Review: The House is Live, Adelaide Cabaret Festival

The world’s biggest and best cabaret festival kicks off with a glittering opening gala.

Meow Meow and Paul Capsis. Photo: Claudio Raschella.

I’m not entirely sure that the Adelaide Cabaret Festival is indeed the biggest and best in the world, but who am I to question the press release? And with over 380 artists in 245 performances over 16 nights, it’s certainly big, brassy, and very glitzy. 

Television’s much-loved Julia Zemiro is the artistic director for this year’s Cab Fest and was the host for The House is Live, the gala opening event. Unlike previous years, the gala featured many invited cabaret stars who are not performing in the festival. This changed the dynamic of the evening from a showcase of festival acts to a stand-alone night of cabaret.

And also unlike previous years, it was staged at the Thebarton Theatre, usually the home of touring country bands and wrestling tournaments. ‘The Festival Theatre was triple booked,’ acknowledged Zemiro in the opening. But that wasn’t such a bad thing, with the faded grandeur of Adelaide’s beloved art-deco Thebby echoing the shabby chic appeal of traditional cabaret.

Zemiro was an extremely likeable and charming host from her Eurovision-style welcome to the end of the packed program. Directed by Craig Ilott, this very slick show featured a host of cabaret stars, four dancers, a live band, and two impressive gold confetti canons.

After a musical Welcome to Country from Karl Telfer, the evening kicked off with a duet by Zemiro and Mitchell Butel, artistic director of SA’s State Theatre and an actor with a strong background in musical theatre. The Frank Sinatra/Bing Crosby classic ‘Well Did You Evah’ from High Society was given a very Adelaide twist with new lyrics by Zemiro and Butel for the occasion.

The totally irrepressible Reuben Kaye was the first star with his anthemic ‘Look at Me’. He didn’t need to ask twice – he was simply mesmerising. And he was back again later in the show, all sequins and eyelashes and amazing vocals, the perfect polished showman. This was Kaye’s only appearance at the Cabaret Festival as he’s doing an Auckland run now and the Sydney Cabaret Festival later this month.

Kaye was a hard act to follow but Melbourne chanteuse Alma Zygier sang two beautiful numbers, including ‘The Trolley Song’, heard the other night in End of the Rainbow. She’s appearing next weekend with her Alma Zygier Quintet at the Space Theatre.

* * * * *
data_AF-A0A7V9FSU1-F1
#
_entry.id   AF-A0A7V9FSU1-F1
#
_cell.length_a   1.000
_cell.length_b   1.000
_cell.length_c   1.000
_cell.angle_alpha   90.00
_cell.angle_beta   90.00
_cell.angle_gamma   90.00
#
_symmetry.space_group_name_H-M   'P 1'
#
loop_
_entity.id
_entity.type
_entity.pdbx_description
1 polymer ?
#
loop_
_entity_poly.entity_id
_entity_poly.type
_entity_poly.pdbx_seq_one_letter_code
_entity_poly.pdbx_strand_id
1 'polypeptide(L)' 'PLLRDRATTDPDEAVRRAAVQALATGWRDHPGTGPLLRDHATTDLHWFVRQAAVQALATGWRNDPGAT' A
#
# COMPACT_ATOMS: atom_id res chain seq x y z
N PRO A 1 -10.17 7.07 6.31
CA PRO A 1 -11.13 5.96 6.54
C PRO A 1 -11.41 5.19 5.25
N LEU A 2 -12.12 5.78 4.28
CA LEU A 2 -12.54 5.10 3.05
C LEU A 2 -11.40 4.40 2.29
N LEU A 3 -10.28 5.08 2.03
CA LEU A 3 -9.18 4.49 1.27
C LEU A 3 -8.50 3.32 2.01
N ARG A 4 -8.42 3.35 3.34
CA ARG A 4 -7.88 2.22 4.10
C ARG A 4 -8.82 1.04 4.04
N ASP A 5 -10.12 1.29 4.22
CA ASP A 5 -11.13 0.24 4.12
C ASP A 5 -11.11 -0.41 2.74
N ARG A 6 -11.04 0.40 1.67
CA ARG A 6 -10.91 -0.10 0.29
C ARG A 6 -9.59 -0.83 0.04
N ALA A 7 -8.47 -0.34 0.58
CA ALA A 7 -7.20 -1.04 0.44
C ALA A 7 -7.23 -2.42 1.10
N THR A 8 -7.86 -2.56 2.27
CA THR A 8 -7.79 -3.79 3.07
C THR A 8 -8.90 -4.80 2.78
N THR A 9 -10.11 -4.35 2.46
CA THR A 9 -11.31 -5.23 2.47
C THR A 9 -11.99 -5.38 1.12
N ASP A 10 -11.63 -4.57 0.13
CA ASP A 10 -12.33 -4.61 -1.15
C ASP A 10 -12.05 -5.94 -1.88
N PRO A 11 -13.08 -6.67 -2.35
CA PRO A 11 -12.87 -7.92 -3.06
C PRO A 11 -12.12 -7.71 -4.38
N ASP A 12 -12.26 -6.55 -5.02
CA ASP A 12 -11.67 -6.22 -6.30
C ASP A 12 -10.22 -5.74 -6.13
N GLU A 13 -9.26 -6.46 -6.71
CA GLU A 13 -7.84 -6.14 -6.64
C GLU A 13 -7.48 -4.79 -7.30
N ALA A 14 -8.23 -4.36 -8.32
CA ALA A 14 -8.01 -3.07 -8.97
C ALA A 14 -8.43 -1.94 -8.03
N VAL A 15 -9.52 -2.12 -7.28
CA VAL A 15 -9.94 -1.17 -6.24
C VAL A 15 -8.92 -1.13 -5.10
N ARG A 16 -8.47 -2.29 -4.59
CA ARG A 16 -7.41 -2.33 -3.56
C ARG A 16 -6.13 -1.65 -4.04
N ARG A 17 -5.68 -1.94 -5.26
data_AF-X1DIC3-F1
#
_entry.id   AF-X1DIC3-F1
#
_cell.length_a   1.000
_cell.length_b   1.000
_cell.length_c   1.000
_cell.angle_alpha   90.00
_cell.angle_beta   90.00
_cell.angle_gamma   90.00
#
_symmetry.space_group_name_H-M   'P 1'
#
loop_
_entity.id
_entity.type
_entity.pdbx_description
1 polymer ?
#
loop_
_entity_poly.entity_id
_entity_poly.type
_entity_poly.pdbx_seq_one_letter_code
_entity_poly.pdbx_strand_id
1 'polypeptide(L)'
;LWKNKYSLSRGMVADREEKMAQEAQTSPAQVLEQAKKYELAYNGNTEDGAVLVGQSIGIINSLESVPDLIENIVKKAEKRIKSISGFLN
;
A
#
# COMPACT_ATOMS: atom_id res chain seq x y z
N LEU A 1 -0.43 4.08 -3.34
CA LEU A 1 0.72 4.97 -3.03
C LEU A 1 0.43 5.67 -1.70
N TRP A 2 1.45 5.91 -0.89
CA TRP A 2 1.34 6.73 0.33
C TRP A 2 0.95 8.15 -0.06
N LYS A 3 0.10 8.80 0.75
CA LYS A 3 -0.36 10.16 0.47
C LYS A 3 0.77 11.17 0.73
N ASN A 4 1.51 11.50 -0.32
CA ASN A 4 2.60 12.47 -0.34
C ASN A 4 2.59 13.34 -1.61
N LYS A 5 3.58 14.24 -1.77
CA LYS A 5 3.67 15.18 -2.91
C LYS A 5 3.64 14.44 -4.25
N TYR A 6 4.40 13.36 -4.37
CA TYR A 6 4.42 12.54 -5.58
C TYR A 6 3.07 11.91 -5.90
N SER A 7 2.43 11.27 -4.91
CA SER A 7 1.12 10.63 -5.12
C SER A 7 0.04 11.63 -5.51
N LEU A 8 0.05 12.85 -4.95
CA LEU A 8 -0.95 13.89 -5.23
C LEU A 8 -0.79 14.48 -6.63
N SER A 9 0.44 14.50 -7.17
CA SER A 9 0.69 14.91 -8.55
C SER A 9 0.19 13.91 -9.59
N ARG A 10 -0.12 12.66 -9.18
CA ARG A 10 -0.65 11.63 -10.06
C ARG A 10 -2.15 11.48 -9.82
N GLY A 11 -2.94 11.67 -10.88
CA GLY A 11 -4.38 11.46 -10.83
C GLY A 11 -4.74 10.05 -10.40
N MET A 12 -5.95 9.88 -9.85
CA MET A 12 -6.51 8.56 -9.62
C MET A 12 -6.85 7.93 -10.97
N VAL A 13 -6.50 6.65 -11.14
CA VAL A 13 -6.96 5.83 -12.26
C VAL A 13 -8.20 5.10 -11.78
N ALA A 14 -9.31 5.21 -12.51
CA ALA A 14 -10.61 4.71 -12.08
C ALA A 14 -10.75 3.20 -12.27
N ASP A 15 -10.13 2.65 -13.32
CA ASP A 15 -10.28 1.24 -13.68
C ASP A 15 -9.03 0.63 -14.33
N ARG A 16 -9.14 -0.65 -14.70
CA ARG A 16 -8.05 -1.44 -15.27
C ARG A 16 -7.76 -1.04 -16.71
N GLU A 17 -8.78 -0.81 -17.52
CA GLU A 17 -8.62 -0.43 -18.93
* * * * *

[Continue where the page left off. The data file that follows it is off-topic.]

The show powered on with performances by many of our leading cabaret favourites including the delectable Meow Meow, the divine Paul Capsis, who can sing a torch song like nobody else, and the magnificent (and very funny) Queenie van de Zandt. 

Whilst the program was loaded with the singers and songs of cabaret, two acts changed the pace. Omar Musa, a rapper and spoken word artist who won best cabaret at the Sydney Theatre Awards this year, gave the concert some grit, while the UK’s Flabbergast Theatre startled the audience with their recreation of the street world of The Swell Mob.

There were some serious moments too as Meow Meow received the Cabaret Icon Award and there was a tribute to the late, and much-loved, Frank Ford who founded the Adelaide Cabaret Festival. Previous Cabaret Icon Award recipients include Ford, actor Robyn Archer, and the great Reg Livermore.

A duet of Get Happy with Meow and Capsis led into a full cast finale that had the audience on their feet. And in truly professional style, they took their bows and exited the stage leaving us begging for more.

5 stars out of 5 ★★★★

The House is Live
Director – Craig Ilott
Musical Director – Daniel Edmonds
Choreographer – Aaron Cash
Presenter – Julia Zemiro

7 June 2019
Thebarton Theatre, Adelaide SA
Tickets $90-$130

Adelaide Cabaret Festival runs from 7 to 22 June 2019.

Dr Diana Carroll
About the Author
Dr Diana Carroll is a writer, speaker, and reviewer based in Adelaide. Her work has been published in newspapers and magazines including the SMH, the Oz, Woman's Day, and B&T. Writing about the arts is one of her great passions.